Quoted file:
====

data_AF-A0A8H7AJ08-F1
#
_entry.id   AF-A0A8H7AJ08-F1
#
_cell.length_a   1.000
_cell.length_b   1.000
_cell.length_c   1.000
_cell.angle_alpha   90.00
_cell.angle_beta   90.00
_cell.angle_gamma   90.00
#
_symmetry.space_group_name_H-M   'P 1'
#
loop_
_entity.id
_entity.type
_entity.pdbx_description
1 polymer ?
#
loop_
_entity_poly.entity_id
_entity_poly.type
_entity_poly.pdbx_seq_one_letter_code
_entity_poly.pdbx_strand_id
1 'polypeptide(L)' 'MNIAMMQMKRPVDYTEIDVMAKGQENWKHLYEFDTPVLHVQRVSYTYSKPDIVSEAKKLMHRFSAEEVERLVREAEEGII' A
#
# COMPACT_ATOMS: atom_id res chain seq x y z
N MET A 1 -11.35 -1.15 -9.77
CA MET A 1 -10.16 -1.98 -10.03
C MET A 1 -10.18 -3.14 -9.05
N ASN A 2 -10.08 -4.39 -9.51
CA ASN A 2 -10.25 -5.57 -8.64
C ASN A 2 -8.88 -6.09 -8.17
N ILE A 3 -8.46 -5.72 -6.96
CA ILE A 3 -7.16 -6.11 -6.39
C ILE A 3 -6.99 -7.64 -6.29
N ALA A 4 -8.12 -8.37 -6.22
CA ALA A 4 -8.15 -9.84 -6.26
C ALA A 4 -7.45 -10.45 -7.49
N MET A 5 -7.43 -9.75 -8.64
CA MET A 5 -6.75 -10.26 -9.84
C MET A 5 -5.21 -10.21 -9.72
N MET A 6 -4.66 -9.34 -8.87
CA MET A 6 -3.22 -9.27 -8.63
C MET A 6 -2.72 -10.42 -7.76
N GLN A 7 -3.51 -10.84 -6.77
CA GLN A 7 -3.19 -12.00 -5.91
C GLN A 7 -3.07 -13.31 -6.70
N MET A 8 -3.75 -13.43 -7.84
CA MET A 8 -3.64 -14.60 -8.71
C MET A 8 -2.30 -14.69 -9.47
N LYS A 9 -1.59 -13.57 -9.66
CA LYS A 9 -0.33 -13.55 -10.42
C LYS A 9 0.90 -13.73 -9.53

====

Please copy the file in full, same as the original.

data_AF-A0A8H7AJ08-F1
#
_entry.id   AF-A0A8H7AJ08-F1
#
_cell.length_a   1.000
_cell.length_b   1.000
_cell.length_c   1.000
_cell.angle_alpha   90.00
_cell.angle_beta   90.00
_cell.angle_gamma   90.00
#
_symmetry.space_group_name_H-M   'P 1'
#
loop_
_entity.id
_entity.type
_entity.pdbx_description
1 polymer ?
#
loop_
_entity_poly.entity_id
_entity_poly.type
_entity_poly.pdbx_seq_one_letter_code
_entity_poly.pdbx_strand_id
1 'polypeptide(L)' 'MNIAMMQMKRPVDYTEIDVMAKGQENWKHLYEFDTPVLHVQRVSYTYSKPDIVSEAKKLMHRFSAEEVERLVREAEEGII' A
#
# COMPACT_ATOMS: atom_id res chain seq x y z
N MET A 1 -11.35 -1.15 -9.77
CA MET A 1 -10.16 -1.98 -10.03
C MET A 1 -10.18 -3.14 -9.05
N ASN A 2 -10.08 -4.39 -9.51
CA ASN A 2 -10.25 -5.57 -8.64
C ASN A 2 -8.88 -6.09 -8.17
N ILE A 3 -8.46 -5.72 -6.96
CA ILE A 3 -7.16 -6.11 -6.39
C ILE A 3 -6.99 -7.64 -6.29
N ALA A 4 -8.12 -8.37 -6.22
CA ALA A 4 -8.15 -9.84 -6.26
C ALA A 4 -7.45 -10.45 -7.49
N MET A 5 -7.43 -9.75 -8.64
CA MET A 5 -6.75 -10.26 -9.84
C MET A 5 -5.21 -10.21 -9.72
N MET A 6 -4.66 -9.34 -8.87
CA MET A 6 -3.22 -9.27 -8.63
C MET A 6 -2.72 -10.42 -7.76
N GLN A 7 -3.51 -10.84 -6.77
CA GLN A 7 -3.19 -12.00 -5.91
C GLN A 7 -3.07 -13.31 -6.70
N MET A 8 -3.75 -13.43 -7.84
CA MET A 8 -3.64 -14.60 -8.71
C MET A 8 -2.30 -14.69 -9.47
N LYS A 9 -1.59 -13.57 -9.66
CA LYS A 9 -0.33 -13.55 -10.42
C LYS A 9 0.90 -13.73 -9.53